All of GirlTrek's monthly campaigns, Garrison explained, keep in mind that "we have always said that we walk in the footsteps of a Civil Rights legacy, that it is the Black women before us who have paved the way, and that there's nothing on the road that they have travelled that we have not faced, cannot overcome." Just two years ago, the GirlTrek team walked 100 miles on the underground railroad to celebrate Harriet Tubman. GirlTrek members follow in the footsteps of the freedom fighters who came before them.
"What we're telling Black women is to take up space. We're telling Black women to be fearless."
GirlTrek's influence, Garrison noted, is "only as good as the next best idea — the next woman out there in Detroit or Oakland who is walking and organising — that really is the fire of the movement." She and Dixon gave a powerful TED Talk in 2017, and one of the topics of conversation was around Black women walking to make change (on the GirlTrek website, a call to action reads, "when Black women walk, things change"). That, both founders agreed, is a timeless truth.
"It was really, really relevant when Harriet Tubman actually walked herself to freedom. It was absolutely relevant during the Civil Rights era when Black women were walking into protest buses and boycott buses," Dixon said. It was relevant when GirlTrek first started and the core mission was to combat the health crisis facing Black women by walking to improve health, she added. And, this is equally as powerful and relevant now "because what we're telling Black women is to take up space."
Dixon continued, "We're telling Black women to be fearless. We're telling Black women to audit the needs of their neighbourhoods, to inspire their daughters to take to the streets, to come together in collective action in order to solve their own problems at the community level. All of that happens through walking, talking, and solving solutions, and making solutions together."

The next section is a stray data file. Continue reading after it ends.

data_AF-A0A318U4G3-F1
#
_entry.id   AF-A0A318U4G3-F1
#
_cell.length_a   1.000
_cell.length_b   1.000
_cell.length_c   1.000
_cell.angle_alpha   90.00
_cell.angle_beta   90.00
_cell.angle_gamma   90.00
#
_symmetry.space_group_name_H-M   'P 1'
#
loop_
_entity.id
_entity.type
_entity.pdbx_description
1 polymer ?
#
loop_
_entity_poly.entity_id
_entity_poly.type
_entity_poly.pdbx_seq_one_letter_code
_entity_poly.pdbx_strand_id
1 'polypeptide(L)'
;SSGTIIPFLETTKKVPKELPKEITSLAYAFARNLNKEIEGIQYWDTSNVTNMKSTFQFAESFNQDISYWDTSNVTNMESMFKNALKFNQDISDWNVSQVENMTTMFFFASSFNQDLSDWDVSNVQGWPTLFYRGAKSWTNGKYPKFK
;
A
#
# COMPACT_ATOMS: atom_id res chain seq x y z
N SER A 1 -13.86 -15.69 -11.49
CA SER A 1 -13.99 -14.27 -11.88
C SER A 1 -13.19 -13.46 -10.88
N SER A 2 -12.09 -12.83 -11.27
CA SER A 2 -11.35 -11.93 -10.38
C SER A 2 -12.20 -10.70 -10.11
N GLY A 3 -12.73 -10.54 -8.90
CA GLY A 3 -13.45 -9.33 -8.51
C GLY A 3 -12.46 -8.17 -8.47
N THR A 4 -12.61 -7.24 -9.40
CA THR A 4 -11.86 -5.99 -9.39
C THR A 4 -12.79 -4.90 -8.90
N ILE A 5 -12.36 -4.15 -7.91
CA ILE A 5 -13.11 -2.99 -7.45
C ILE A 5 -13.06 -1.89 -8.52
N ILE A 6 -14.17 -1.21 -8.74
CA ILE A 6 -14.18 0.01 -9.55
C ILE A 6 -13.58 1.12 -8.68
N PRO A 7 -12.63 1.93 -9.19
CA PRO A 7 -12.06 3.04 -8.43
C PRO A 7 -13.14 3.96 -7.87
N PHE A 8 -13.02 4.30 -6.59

Dixon added, "It also just started with me and Vanessa as two friends, and so the fact that we now have over 800,000 and by the end of this year we'll have a million women walking by our sides, is such a powerful trajectory of what's possible when people are on one accord. And when people believe in and trust the power of other women to help build alongside of us, it really is a testimony."
"The idea is that no matter where you are, you feel connected and know that your one tiny act of rebellion is being knitted together to form this really powerful movement."
Garrison said that a large part of why women are attracted to GirlTrek is for the social cohesion, the accountability it creates, and the support they receive. "The idea is that no matter where you are, you feel connected and know that your one tiny act of rebellion is being knitted together to form this really powerful movement."
Above all else, Garrison stressed that she wants Black women to know they are the causes worth fighting for; "that our own lives are actually worth saving, and that the daily walking that they do is a protest against every single thing that is trying to kill them. And we want them to survive."
Take the pledge to start walking in your community and commit to 30 minutes of "radical self-care" every day by clicking "Join the Movement" on GirlTrek.org.